It is most befitting that we should start this series with a man of great foresight and vision.  A man who saw the potential in an overgrown hayfield along the banks of the river at the east end of town.  Today this area is known as Columbus Field.  Complete with tennis courts, ball diamonds, walking trails and home to the annual Antigonish Highland Games.  This venue likely would not exist today if not for the contributions of Frank McGibbon.  As testament to this, the lane way adjacent to the field has been named in his honour.

Frank came back to Antigonish in 1947 to become the town's first ever Recreation Director and set the standard for those who followed.  He came to be known as 'Mr Antigonish Sports' for his dedication to the development of our youth, athletics in general and his beloved Columbus Field.  Throughout the 1950s through 1978 Frank was a fixture at Columbus Field where he could be found tending to the track, coaching the kids or reading up on the latest techniques for developing athletes.  He was the first in the area to study footage of world class athletes and employ this as a coaching tool for his many young proteges.  He also developed and implemented year round training for athletes to better prepare them for the world stage.  Common practice today but, way ahead of times in his era.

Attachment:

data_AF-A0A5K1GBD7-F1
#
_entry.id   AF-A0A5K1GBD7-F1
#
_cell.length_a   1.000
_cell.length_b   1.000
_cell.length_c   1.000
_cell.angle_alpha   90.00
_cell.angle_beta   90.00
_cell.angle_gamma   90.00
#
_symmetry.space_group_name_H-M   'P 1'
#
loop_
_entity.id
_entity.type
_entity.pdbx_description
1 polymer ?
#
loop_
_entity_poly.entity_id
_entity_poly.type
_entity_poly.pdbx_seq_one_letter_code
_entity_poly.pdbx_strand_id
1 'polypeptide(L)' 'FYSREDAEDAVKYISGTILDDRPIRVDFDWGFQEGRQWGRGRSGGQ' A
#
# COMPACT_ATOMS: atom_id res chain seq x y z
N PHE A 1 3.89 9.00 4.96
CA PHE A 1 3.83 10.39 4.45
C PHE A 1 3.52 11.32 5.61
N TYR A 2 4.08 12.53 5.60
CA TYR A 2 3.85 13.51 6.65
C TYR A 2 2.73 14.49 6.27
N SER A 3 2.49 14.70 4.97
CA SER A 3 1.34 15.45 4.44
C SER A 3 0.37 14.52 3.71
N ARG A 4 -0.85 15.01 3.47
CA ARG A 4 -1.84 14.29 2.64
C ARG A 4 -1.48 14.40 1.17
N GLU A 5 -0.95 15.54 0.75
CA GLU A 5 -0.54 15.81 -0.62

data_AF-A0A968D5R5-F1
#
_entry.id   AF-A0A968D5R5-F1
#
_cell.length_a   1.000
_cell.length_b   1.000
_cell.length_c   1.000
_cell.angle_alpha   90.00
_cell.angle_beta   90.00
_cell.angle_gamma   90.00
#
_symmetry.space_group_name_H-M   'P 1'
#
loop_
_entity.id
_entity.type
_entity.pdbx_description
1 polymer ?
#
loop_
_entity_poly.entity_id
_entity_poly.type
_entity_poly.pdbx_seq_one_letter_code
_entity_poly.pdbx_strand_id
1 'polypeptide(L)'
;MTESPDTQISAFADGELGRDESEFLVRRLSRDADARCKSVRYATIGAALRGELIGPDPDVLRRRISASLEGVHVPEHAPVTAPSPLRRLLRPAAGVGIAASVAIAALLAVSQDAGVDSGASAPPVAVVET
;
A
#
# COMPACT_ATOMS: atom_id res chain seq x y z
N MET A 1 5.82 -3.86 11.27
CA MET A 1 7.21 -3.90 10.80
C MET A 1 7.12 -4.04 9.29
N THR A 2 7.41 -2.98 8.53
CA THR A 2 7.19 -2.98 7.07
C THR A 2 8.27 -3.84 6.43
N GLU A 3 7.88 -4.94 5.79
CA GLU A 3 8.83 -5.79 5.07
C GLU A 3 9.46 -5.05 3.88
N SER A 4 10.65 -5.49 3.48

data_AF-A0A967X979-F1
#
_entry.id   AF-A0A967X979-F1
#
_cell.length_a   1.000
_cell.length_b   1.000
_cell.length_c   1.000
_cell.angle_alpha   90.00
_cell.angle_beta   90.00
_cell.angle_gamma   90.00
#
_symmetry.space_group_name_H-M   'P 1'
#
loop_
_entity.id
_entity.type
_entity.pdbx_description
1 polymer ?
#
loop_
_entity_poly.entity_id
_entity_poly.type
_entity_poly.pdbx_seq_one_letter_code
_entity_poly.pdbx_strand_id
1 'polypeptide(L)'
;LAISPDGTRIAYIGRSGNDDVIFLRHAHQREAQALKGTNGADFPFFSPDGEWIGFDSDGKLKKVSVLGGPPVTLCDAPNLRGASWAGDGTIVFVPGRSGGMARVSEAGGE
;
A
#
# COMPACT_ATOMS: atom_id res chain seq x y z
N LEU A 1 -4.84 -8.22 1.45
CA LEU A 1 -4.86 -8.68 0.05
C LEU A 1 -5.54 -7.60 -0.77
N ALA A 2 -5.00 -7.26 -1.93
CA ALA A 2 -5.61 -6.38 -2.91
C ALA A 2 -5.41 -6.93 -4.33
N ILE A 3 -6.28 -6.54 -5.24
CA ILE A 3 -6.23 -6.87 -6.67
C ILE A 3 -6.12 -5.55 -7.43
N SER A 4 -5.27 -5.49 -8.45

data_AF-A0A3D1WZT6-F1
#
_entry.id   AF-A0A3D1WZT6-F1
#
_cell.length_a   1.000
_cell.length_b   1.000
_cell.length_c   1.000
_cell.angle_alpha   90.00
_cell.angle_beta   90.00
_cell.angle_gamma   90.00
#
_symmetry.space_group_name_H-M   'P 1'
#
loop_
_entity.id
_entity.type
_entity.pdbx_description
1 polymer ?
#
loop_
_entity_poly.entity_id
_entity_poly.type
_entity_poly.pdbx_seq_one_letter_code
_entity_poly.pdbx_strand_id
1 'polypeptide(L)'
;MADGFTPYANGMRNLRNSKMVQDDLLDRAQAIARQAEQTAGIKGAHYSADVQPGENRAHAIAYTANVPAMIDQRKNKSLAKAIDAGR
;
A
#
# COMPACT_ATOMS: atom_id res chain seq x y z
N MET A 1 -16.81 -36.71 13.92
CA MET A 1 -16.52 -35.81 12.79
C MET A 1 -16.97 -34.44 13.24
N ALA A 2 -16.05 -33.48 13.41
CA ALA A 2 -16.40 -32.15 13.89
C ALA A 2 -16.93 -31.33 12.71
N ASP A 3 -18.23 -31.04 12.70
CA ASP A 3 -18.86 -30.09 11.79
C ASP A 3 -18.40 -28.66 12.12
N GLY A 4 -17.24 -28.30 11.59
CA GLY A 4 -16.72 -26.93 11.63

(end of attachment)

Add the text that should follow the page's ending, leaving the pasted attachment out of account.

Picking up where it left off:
Although Frank never had children of his own, generations of people throughout the county looked up to him as a father figure in their lives.  Honest, steadfast and with a strong moral compass, Frank aspired to lead these young minds, molding them into the strong adults and citizens of today.  He was known to patrol Main Street after dark to ensure his young athletes were not breaking curfew the night before games and track events.  He believed strongly in athletics as a tool to sculpt self discipline and control.  He wanted to harness the potential from each and every young person he met.  Strong mind, strong will, strong body was his mantra.